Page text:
SOPA, PIPA bills lose support on Capitol Hill
Wikipedia back online after day of protest over anti-piracy legislation
Wikipedia's website: "We're not done yet."
Controversy over online piracy pits Hollywood, tech companies
Some lawmakers are rethinking their support of controversial anti-piracy bills that led to some websites shutting down in protest.
The protest was in response to the Stop Online Piracy Act (SOPA) bill, a piece of proposed legislation that is working its way through Congress. A Senate committee approved a similar bill in May called the Protect IP Act (PIPA), which is now pending before the full Senate.
The protest seemed to change the minds of lawmakers, including those that had strongly backed the bills in the past.
“We can find a solution that will protect lawful content. But this bill is flawed & that’s why I’m withdrawing my support. #SOPA #PIPA,” Republican Sen. Roy Blunt wrote on his official Twitter page.
Republican Sen. Marco Rubio of Florida, who was an initial co-sponsor of PIPA, reversed his position.
“I have decided to withdraw my support for the Protect IP Act. Furthermore, I encourage Senator Reid to abandon his plan to rush the bill to the floor. Instead, we should take more time to address the concerns raised by all sides, and come up with new legislation that addresses Internet piracy while protecting free and open access to the Internet,” Rubio wrote on a Facebook post.
Rep Lee Terry, R-Nebraska, an original co-sponsor of SOPA, also said he had changed his view.
“Thank you for your concern about #SOPA. I have asked to have my name removed from the bill. However, the economic impact of IP theft is real and a solution is needed,” Terry wrote on Facebook.
Later Thursday, Senate Republican Leader Mitch McConnell of Kentucky joined the newly minted opponents of the bill. He had not previously voiced an opinion on the legislation.
“While we must combat the online theft of intellectual property, current proposals in Congress raise serious legal, policy and operational concerns,” McConnell said in a news release. “Rather than prematurely bringing the Protect IP Act to the Senate floor, we should first study and resolve the serious issues with this legislation.”
Share your thoughts on SOPA and PIPA on iReport
Wikipedia, one of the websites that shut down on Wednesday, returned Thursday with the message: “Thank you for protecting Wikipedia. We’re not done yet.”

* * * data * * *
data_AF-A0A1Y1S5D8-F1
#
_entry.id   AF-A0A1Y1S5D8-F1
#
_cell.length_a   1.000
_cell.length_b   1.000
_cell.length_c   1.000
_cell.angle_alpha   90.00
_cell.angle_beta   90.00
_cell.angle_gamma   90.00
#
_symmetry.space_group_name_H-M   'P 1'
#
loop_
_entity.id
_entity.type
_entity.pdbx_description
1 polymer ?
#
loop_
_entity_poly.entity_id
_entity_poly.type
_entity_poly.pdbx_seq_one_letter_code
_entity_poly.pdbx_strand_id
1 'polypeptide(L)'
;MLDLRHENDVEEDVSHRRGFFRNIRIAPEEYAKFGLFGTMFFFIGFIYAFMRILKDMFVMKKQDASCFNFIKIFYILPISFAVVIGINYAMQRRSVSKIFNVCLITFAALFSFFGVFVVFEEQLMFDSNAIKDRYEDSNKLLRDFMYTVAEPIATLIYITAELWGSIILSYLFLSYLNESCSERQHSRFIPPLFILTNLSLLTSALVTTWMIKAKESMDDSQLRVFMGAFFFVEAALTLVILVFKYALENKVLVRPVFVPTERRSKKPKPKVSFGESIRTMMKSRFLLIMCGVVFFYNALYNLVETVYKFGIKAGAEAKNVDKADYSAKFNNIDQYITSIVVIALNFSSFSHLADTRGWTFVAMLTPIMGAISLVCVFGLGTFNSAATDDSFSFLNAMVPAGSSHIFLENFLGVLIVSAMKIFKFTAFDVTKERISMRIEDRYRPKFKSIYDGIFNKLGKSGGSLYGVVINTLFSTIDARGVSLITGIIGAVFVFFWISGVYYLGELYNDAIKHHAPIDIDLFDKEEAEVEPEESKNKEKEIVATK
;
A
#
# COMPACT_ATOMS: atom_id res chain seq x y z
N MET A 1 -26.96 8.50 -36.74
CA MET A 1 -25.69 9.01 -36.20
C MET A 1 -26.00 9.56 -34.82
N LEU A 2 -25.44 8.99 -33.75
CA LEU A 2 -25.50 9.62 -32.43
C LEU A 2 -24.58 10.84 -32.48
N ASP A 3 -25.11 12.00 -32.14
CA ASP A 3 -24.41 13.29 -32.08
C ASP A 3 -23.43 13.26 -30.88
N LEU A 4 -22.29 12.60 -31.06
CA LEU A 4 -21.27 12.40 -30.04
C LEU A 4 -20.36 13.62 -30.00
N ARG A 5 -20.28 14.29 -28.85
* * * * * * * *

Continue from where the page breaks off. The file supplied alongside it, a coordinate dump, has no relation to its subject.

Clicking on that message takes a Wikipedia viewer to a thank you letter and instructions on how to continue fighting against anti-piracy bills that critics say could amount to censorship.
“Your voice was loud and strong,” the message said. “Millions of people have spoken in defense of a free and open Internet.” (Why Wikipedia went down at midnight)
On Wednesday, instead of the usual encyclopedia articles, visitors to Wikipedia’s English-language site were greeted by a message about the decision to black out its Web page for an entire day. However, users were able to access its mobile site on some smartphones.
Boing Boing, a blog that took part in Wednesday’s online protest but returned on Thursday, said the U.S. Senate was considering legislation that would “certainly kill us forever. The legislation … would put us in legal jeopardy if we linked to a site anywhere online that had any links to copyright infringement.”
“In the past, the media industry has often gone after particular infringers – people who have downloaded stuff off the Internet and sharing it. And now they’re going after websites that link to these things,” Rob Beschizza, Boing Boing’s managing editor, said Wednesday. “The bill is supposed to let copyright holders get court orders against them, and there’s all sorts of various measures for getting sites blacklisted or blocked.
“The problem is that the measures are so wide-ranging and so open to abuse that we’re worried that sites like ours could be brought down by frivolous claims,” he said.
While not blacking out its home page, search giant Google joined the cause by covering its famous logo with a black rectangle and urging visitors, “Tell Congress: Please don’t censor the web!”
SOPA’s supporters – including CNN’s parent company, Time Warner, and groups such as the MPAA – say that online piracy leads to U.S. job losses because it deprives content creators of income.
The bill’s supporters dismiss accusations of censorship, saying the legislation is meant to revamp a broken system that doesn’t adequately prevent criminal behavior.
But SOPA critics say the bill’s backers don’t understand the Internet’s architecture, and therefore don’t appreciate the implications of the legislation they’re considering.
The controversy over SOPA and PIPA has turned into an all-out war between Hollywood and Silicon Valley. Media companies have united in favor of the bills, while tech’s power players are throwing their might into opposing them. (Hundreds turn out for SOPA protest in New York)
“Both SOPA and PIPA are threats not just to the U.S. economy, and not just to all the jobs that this tech sector creates, but if they had existed, Steve Huffman and I could have never founded Reddit,” said Alexis Ohanian, who co-founded the site. Millions visit Reddit to submit interesting links from websites, discuss them and vote on them, he said, calling it “sort of a democratic front page of the web.” Reddit also went dark Wednesday morning and was back Thursday.
One member of Congress, Rep. Darrell Issa, R-California, who opposes the bills, said the unprecedented blackouts had “turned the tide against a backroom lobbying effort by interests that aren’t used to being told no.”
Issa is pushing for consideration of his own plan, the OPEN Act, addressing the matter. (OPEN Act: An experiment in digital democracy)
CNN’s Ed Payne, Julianne Pepitone, John D. Sutter, Ted Barrett and Deirdre Walsh contributed to this report.